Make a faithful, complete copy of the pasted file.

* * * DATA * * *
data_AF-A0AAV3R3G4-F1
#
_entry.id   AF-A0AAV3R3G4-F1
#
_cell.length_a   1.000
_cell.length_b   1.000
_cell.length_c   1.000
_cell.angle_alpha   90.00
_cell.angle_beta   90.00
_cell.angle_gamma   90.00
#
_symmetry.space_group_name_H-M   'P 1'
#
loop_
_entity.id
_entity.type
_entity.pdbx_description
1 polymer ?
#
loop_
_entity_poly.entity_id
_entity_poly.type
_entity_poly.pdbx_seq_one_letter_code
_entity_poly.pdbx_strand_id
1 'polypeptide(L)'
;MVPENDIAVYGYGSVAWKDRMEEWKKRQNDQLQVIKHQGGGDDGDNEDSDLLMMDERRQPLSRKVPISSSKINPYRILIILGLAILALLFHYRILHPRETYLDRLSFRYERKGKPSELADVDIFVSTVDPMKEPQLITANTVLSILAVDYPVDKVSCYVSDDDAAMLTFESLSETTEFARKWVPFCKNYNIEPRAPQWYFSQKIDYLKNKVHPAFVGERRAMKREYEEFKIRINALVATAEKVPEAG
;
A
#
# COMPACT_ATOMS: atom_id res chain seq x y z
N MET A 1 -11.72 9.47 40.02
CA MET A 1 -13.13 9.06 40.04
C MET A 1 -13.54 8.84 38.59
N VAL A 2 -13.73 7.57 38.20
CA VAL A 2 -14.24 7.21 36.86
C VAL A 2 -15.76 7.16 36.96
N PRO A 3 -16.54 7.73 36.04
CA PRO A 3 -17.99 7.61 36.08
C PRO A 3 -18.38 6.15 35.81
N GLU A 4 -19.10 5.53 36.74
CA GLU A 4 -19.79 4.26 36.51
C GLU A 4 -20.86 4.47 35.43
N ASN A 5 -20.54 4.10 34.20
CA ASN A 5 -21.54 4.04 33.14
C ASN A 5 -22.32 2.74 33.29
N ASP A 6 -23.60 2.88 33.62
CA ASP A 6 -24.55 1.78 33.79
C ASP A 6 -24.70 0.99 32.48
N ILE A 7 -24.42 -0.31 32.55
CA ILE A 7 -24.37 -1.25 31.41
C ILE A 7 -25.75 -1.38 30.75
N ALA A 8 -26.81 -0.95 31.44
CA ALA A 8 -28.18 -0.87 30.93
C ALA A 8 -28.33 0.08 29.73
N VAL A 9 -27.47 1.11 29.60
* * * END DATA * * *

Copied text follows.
data_AF-A0AAV3R3G4-F1
#
_entry.id   AF-A0AAV3R3G4-F1
#
_cell.length_a   1.000
_cell.length_b   1.000
_cell.length_c   1.000
_cell.angle_alpha   90.00
_cell.angle_beta   90.00
_cell.angle_gamma   90.00
#
_symmetry.space_group_name_H-M   'P 1'
#
loop_
_entity.id
_entity.type
_entity.pdbx_description
1 polymer ?
#
loop_
_entity_poly.entity_id
_entity_poly.type
_entity_poly.pdbx_seq_one_letter_code
_entity_poly.pdbx_strand_id
1 'polypeptide(L)'
;MVPENDIAVYGYGSVAWKDRMEEWKKRQNDQLQVIKHQGGGDDGDNEDSDLLMMDERRQPLSRKVPISSSKINPYRILIILGLAILALLFHYRILHPRETYLDRLSFRYERKGKPSELADVDIFVSTVDPMKEPQLITANTVLSILAVDYPVDKVSCYVSDDDAAMLTFESLSETTEFARKWVPFCKNYNIEPRAPQWYFSQKIDYLKNKVHPAFVGERRAMKREYEEFKIRINALVATAEKVPEAG
;
A
#
# COMPACT_ATOMS: atom_id res chain seq x y z
N MET A 1 -11.72 9.47 40.02
CA MET A 1 -13.13 9.06 40.04
C MET A 1 -13.54 8.84 38.59
N VAL A 2 -13.73 7.57 38.20
CA VAL A 2 -14.24 7.21 36.86
C VAL A 2 -15.76 7.16 36.96
N PRO A 3 -16.54 7.73 36.04
CA PRO A 3 -17.99 7.61 36.08
C PRO A 3 -18.38 6.15 35.81
N GLU A 4 -19.10 5.53 36.74
CA GLU A 4 -19.79 4.26 36.51
C GLU A 4 -20.86 4.47 35.43
N ASN A 5 -20.54 4.10 34.20
CA ASN A 5 -21.54 4.04 33.14
C ASN A 5 -22.32 2.74 33.29
N ASP A 6 -23.60 2.88 33.62
CA ASP A 6 -24.55 1.78 33.79
C ASP A 6 -24.70 0.99 32.48
N ILE A 7 -24.42 -0.31 32.55
CA ILE A 7 -24.37 -1.25 31.41
C ILE A 7 -25.75 -1.38 30.75
N ALA A 8 -26.81 -0.95 31.44
CA ALA A 8 -28.18 -0.87 30.93
C ALA A 8 -28.33 0.08 29.73
N VAL A 9 -27.47 1.11 29.60